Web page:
NEW YORK (CBSNewYork) -- The new president has already fired off a flurry of executive orders, and one of them has immigrants hopeful.
President Joe Biden has lifted the travel ban from several Muslim countries.
A stone's throw from Lady Liberty in a city of immigrants, there's high praise for one of Biden's first acts -- undoing one of President Donald Trump's.
"It is a monumental change and a reaffirmation that human dignity still matters," state Sen. Andrew Gounardes said.
"We finally have an end to the racist, xenophobic Muslim and African bans, and that didn't come easy," said Murad Awawdeh, with the New York Immigration Coalition.
FLASHBACK -- Supreme Court Upholds President Trump's Travel Ban
It came amid protest after Trump restricted travel from more than a dozen majority-Muslim countries.
Among them, Nashwan Mozab, a deli worker fleeing war and famine in Yemen. He lives here with his daughter, but his wife has been unable to join them for three years.
"Sometimes, the tears come down. It hurts me. It really does," Mozab told CBS2's Carolyn Gusoff.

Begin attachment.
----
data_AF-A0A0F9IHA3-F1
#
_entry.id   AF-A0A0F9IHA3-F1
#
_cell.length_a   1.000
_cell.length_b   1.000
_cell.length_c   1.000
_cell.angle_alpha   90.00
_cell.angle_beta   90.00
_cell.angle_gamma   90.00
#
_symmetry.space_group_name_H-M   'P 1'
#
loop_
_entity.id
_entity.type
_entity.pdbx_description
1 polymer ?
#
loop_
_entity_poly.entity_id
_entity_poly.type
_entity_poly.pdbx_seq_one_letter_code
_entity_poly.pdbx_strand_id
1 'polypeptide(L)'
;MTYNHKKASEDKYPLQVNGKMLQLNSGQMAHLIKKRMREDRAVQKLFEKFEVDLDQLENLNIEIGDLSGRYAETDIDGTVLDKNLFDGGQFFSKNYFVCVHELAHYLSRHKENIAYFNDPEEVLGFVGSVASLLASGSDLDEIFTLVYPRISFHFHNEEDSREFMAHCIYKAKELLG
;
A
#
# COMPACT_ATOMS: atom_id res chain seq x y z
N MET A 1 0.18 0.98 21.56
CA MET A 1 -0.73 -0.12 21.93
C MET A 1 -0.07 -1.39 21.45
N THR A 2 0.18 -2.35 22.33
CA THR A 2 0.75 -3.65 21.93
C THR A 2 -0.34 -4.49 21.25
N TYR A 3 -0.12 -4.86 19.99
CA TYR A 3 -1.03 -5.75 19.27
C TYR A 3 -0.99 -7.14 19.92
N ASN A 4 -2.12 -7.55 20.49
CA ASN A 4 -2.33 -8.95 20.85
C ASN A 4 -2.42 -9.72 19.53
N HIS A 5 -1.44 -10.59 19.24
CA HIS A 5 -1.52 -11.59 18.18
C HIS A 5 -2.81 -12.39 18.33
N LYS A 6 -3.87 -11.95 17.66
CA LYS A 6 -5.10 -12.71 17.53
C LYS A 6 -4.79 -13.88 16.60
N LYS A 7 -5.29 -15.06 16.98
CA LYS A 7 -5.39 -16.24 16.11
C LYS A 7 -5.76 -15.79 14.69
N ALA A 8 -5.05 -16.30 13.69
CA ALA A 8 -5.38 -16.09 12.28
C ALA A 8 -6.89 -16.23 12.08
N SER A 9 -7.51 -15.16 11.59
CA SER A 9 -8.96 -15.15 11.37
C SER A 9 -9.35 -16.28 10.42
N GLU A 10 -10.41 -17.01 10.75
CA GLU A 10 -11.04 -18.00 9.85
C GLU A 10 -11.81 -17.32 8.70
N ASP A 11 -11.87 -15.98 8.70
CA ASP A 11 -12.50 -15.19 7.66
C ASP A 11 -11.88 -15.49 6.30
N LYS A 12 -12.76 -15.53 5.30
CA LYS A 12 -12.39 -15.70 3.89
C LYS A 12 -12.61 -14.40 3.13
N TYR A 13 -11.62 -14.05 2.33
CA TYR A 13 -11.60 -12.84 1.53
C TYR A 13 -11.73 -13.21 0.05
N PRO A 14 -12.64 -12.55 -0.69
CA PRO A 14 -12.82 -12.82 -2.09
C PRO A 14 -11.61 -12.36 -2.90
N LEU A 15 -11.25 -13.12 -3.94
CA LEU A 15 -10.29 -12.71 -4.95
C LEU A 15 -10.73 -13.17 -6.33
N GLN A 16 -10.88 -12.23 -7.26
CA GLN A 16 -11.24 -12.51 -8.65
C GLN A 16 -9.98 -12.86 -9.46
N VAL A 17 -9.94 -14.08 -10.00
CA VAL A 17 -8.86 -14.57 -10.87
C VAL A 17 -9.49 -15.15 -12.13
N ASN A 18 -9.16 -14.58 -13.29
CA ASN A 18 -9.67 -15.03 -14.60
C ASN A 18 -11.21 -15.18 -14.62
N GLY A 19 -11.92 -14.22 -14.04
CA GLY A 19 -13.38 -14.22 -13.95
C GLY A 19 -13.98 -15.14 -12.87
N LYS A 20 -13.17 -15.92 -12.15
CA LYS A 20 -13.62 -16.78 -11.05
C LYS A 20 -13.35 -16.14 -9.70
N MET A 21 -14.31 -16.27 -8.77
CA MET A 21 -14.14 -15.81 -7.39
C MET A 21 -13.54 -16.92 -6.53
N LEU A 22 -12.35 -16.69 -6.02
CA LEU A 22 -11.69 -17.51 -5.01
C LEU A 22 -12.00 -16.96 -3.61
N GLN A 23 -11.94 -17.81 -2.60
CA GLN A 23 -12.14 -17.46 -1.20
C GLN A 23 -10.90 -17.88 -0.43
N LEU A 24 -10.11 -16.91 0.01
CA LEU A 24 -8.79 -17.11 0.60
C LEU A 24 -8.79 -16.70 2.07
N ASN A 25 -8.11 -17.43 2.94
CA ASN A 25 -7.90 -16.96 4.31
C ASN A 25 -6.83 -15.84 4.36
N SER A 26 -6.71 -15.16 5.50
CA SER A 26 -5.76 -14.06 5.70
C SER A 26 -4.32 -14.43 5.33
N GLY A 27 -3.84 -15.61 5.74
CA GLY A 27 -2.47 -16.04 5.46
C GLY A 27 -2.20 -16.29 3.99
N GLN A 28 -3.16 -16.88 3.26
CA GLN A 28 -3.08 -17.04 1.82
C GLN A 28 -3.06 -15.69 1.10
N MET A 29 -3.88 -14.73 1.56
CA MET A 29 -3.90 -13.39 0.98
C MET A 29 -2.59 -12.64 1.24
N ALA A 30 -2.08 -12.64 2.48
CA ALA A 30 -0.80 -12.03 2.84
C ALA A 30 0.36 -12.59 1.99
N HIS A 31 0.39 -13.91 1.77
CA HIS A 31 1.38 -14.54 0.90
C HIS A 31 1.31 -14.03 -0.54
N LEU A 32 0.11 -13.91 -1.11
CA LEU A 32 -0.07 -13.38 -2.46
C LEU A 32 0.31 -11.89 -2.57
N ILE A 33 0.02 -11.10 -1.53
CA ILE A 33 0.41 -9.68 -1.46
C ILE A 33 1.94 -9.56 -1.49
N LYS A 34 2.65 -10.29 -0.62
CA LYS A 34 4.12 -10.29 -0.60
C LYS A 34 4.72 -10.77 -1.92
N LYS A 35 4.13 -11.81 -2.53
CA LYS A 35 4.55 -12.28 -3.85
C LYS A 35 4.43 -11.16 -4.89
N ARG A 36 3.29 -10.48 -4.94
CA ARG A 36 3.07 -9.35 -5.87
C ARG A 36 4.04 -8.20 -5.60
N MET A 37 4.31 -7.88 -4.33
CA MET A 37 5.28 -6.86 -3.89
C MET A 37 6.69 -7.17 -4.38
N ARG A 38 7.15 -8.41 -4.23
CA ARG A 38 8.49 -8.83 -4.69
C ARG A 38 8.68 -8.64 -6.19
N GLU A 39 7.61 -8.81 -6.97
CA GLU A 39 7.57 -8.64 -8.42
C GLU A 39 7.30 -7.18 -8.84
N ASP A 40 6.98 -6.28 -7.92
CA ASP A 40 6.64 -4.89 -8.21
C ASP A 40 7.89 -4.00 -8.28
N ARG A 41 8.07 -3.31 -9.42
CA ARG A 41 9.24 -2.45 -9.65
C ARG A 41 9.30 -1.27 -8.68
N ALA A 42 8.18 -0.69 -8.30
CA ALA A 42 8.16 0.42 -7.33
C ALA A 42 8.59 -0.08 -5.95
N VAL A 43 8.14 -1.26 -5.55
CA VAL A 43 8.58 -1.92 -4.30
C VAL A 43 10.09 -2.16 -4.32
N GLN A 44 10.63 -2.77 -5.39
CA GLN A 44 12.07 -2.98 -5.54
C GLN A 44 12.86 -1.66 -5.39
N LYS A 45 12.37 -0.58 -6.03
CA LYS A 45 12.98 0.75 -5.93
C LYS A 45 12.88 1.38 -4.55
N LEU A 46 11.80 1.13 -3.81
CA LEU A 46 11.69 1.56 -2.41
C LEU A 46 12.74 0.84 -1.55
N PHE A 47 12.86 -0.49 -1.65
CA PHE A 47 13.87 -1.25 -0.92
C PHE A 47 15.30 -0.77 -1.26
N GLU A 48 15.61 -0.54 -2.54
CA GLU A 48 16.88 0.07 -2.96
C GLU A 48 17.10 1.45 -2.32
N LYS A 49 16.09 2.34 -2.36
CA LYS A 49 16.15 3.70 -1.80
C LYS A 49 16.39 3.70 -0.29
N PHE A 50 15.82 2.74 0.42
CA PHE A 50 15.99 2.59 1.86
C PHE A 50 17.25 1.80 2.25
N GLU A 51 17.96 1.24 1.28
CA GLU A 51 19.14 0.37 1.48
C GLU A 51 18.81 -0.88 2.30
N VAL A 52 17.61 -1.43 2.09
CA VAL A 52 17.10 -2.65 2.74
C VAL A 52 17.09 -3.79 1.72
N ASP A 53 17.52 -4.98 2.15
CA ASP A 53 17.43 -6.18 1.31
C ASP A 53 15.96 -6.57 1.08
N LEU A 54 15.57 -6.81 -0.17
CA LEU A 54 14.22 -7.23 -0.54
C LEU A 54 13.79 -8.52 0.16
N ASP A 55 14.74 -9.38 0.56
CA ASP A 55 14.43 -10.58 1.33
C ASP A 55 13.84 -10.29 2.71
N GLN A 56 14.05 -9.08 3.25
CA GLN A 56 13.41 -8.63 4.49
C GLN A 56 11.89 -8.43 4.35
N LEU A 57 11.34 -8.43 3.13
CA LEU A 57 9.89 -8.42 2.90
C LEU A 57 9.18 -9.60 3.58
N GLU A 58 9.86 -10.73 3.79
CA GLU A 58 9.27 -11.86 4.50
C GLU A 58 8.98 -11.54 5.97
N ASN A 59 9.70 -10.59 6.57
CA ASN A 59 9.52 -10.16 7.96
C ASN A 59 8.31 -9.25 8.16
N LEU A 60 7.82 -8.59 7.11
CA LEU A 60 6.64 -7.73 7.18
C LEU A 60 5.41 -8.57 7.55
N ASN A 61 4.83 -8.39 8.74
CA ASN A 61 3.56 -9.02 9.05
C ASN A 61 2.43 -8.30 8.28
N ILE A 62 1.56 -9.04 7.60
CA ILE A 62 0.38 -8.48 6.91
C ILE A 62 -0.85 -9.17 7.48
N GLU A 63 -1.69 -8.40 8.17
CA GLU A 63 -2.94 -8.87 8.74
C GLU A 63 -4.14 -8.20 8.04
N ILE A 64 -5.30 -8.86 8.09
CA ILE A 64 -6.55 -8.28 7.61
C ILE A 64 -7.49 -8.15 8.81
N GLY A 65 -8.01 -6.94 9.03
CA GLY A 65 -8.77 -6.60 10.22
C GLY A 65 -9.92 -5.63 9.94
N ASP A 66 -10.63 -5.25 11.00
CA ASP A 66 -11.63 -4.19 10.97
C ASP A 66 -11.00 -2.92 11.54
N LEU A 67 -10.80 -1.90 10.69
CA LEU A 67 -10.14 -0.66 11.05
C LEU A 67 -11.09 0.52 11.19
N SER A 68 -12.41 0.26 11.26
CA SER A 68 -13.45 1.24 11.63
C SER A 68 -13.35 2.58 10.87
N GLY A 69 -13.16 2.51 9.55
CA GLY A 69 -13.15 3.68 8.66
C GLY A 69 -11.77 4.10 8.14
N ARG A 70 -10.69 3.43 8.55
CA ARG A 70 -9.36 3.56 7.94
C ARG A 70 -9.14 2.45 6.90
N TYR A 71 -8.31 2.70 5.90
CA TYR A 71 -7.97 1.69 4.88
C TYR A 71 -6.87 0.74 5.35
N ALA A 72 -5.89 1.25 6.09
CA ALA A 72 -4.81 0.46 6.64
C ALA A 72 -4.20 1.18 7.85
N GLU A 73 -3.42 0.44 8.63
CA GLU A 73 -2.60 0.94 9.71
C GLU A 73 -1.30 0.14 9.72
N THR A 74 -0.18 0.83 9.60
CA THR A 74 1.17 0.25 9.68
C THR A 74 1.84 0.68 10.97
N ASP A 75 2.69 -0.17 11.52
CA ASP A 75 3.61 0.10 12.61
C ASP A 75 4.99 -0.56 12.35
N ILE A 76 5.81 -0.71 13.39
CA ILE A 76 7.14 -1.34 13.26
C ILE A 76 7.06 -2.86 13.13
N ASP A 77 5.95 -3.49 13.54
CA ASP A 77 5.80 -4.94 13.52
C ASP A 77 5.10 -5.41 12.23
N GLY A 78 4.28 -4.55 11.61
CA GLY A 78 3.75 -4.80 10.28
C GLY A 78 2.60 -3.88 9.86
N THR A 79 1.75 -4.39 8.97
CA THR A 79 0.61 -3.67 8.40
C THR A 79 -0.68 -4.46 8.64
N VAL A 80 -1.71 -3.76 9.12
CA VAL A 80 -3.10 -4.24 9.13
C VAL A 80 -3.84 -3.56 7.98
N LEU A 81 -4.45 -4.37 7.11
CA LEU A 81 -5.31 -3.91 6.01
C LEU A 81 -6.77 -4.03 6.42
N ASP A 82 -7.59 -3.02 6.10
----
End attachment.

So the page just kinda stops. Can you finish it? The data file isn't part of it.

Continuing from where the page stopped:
In reversing the policy, Biden said the ban undermined national security, jeopardized alliances and was a stain on our national conscience.
Instead, the White House says visitors will be rigorously vetted.
Immigrant advocates are calling for permanent reform, not subject to executive orders, which are temporary.
"We need to pass a comprehensive immigration reform bill that not only gives a pathway to citizenship for 12 million undocumented people but also legislates that there never be a Muslim ban ever again," one advocate said.
Supporters of the ban cite national security.
Republican Nicole Malliotakis, now a member of Congress, opposed it.
"I just think it was unfair. I thought it was discriminatory. I represent a Muslim community who expressed strong concerns," she said.
It's unclear how COVID restrictions will affect reunification. The president's order calls for the resumption of visa processing and the clearing of backlogs.
A rally is still planned in Washington on Jan. 27, the four-year anniversary of the Muslim travel ban being put into place.
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